Ban 'Killer Robots' Before It's Too Late
Ban 'Killer Robots' Before It's Too Late
By Human Rights Watch / hrw.org
Nov 29, 2012

(Washington, DC) – Governments should pre-emptively ban fully autonomous weapons because of the danger they pose to civilians in armed conflict, Human Rights Watch said in a report released today. These future weapons, sometimes called “killer robots,” would be able to choose and fire on targets without human intervention. 

The 50-page report, “Losing Humanity: The Case Against Killer Robots,” outlines concerns about these fully autonomous weapons, which would inherently lack human qualities that provide legal and non-legal checks on the killing of civilians. In addition, the obstacles to holding anyone accountable for harm caused by the weapons would weaken the law’s power to deter future violations.

“Giving machines the power to decide who lives and dies on the battlefield would take technology too far,” said Steve Goose, Arms Division director at Human Rights Watch. “Human control of robotic warfare is essential to minimizing civilian deaths and injuries.”

“Losing Humanity is the first major publication about fully autonomous weapons by a nongovernmental organization and is based on extensive research into the law, technology, and ethics of these proposed weapons. It is jointly published by Human Rights Watch and the Harvard Law School International Human Rights Clinic.

Human Rights Watch and the International Human Rights Clinic called for an international treaty that would absolutely prohibit the development, production, and use of fully autonomous weapons. They also called on individual nations to pass laws and adopt policies as important measures to prevent development, production, and use of such weapons at the domestic level.

Fully autonomous weapons do not yet exist, and major powers, including the United States, have not made a decision to deploy them. But high-tech militaries are developing or have already deployed precursors that illustrate the push toward greater autonomy for machines on the battlefield. The United States is a leader in this technological development. Several other countries – including China, Germany, Israel, South Korea, Russia, and the United Kingdom – have also been involved. Many experts predict that full autonomy for weapons could be achieved in 20 to 30 years, and some think even sooner.

“It is essential to stop the development of killer robots before they show up in national arsenals,” Goose said. “As countries become more invested in this technology, it will become harder to persuade them to give it up.”

Fully autonomous weapons could not meet the requirements of international humanitarian law, Human Rights Watch and the Harvard clinic said. They would be unable to distinguish adequately between soldiers and civilians on the battlefield or apply the human judgment necessary to evaluate the proportionality of an attack – whether civilian harm outweighs military advantage.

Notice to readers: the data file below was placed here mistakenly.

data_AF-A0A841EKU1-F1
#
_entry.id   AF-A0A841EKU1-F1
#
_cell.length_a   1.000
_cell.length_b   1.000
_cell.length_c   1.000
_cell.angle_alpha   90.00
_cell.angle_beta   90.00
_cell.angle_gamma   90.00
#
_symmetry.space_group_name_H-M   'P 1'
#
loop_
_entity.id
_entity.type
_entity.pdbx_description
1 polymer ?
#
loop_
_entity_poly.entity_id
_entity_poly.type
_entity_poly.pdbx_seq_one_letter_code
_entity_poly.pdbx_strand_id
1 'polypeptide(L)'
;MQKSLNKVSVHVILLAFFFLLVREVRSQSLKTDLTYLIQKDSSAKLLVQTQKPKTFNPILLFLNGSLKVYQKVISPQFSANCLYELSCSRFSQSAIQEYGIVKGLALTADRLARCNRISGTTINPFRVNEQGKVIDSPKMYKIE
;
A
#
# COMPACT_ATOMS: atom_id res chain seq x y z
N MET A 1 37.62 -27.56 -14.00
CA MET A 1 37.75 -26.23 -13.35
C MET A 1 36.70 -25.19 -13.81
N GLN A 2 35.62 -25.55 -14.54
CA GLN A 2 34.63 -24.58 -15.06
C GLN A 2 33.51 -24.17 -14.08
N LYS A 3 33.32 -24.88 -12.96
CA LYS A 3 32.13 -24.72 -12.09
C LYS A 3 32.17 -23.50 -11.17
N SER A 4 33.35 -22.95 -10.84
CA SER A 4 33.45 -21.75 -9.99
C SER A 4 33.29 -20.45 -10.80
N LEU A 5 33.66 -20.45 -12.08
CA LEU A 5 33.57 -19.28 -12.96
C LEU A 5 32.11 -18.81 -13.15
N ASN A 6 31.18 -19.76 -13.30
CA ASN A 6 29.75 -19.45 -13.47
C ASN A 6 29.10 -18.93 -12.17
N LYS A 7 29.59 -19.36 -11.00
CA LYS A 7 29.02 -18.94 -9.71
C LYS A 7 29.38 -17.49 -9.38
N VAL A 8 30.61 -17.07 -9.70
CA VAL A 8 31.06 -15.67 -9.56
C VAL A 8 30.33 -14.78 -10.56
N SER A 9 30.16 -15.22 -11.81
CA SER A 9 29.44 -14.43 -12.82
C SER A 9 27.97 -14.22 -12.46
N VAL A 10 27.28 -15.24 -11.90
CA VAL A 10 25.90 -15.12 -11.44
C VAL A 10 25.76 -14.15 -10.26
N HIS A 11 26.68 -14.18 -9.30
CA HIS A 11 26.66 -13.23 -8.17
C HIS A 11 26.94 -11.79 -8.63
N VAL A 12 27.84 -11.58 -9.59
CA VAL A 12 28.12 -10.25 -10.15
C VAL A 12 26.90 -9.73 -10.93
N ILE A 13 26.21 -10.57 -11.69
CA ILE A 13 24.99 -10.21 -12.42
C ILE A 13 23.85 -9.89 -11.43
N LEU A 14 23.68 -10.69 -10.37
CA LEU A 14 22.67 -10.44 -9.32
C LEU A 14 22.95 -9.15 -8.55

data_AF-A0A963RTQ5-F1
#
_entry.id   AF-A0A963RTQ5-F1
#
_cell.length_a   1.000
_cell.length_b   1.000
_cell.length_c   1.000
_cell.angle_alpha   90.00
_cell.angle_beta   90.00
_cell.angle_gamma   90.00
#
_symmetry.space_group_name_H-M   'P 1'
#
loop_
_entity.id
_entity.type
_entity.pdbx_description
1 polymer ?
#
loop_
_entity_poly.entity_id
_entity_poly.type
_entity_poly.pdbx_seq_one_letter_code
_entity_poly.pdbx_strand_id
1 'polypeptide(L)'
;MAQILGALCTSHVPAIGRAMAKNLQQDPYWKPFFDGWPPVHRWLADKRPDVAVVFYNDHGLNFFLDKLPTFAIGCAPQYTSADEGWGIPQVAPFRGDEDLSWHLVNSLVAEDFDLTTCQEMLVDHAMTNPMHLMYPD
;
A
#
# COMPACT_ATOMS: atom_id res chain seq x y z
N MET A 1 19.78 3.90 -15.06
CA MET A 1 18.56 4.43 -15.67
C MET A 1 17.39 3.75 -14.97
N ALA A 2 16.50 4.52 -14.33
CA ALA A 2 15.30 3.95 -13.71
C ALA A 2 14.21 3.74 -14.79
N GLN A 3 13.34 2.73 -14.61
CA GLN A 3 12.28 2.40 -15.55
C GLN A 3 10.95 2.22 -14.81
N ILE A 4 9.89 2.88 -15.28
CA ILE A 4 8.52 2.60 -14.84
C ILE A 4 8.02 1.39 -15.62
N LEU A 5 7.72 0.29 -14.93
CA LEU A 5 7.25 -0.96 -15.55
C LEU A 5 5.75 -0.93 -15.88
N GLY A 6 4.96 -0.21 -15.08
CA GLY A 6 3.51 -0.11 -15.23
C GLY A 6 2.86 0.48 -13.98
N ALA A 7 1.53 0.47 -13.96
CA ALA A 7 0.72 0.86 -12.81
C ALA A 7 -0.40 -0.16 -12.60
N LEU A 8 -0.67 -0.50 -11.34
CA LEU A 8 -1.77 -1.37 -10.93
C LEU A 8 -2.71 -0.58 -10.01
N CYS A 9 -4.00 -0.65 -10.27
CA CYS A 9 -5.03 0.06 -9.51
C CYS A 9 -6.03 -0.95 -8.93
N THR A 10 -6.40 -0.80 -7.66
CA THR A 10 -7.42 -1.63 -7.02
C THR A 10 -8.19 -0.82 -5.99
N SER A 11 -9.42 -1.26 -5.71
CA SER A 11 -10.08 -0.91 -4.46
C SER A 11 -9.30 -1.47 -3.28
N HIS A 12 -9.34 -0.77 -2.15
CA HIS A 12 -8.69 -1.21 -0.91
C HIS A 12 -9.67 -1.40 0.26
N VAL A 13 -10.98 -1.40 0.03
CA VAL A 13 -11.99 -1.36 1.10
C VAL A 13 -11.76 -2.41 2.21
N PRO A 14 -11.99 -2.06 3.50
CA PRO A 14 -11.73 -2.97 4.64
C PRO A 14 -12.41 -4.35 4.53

These robots would also undermine non-legal checks on the killing of civilians. Fully autonomous weapons could not show human compassion for their victims, and autocrats could abuse them by directing them against their own people. While replacing human troops with machines could save military lives, it could also make going to war easier, which would shift the burden of armed conflict onto civilians.

Finally, the use of fully autonomous weapons would create an accountability gap. Trying to hold the commander, programmer, or manufacturer legally responsible for a robot’s actions presents significant challenges. The lack of accountability would undercut the ability to deter violations of international law and to provide victims meaningful retributive justice.


While most militaries maintain that for the immediate future humans will retain some oversight over the actions of weaponized robots, the effectiveness of that oversight is questionable, Human Rights Watch and the Harvard clinic said. Moreover, military statements have left the door open to full autonomy in the future.

“Action is needed now, before killer robots cross the line from science fiction to feasibility,” Goose said.

0.0 ·
0
Featured Pay Per View Films
Inhabit: A Permaculture Perspective (2015)
92 min Humanity is more than ever threatened by its own actions; we hear a lot about the need to minimize footprints and to reduce our impact. But what if our footprints were beneficial? What if we could meet human needs while increasing the health and well-being of our...
Within Reach (2013)
87 min Within Reach explores one couple's pedal-powered search for a place to call home. Mandy and Ryan gave up their jobs, cars, and traditional houses to 'bike-pack' 6500 miles around the USA seeking sustainable community. Rather than looking in a traditional neighborhood, they...
Fall and Winter (2013)
102 min This stunning film takes you on a hypnotic journey, reaching to the past to understand the origins of the catastrophic environmental transitions we now face. Over two years, director Matt Anderson traveled 16,000 miles to document firsthand our modern industrial world and the...
Trending Today


Love Films For Action? Become a Patron!

Our Patreon campaign is now live! We hope you'll be among the first to support this new direction for Films For Action. The goal is to go 100% ad-free by next year, and become 100% member supported. A monthly pledge of just $1 -5 dollars per month x a few thousand awesome people will ensure we can continue our work and grow our impact across the world. Click here to join.

Join us on Facebook
Ban 'Killer Robots' Before It's Too Late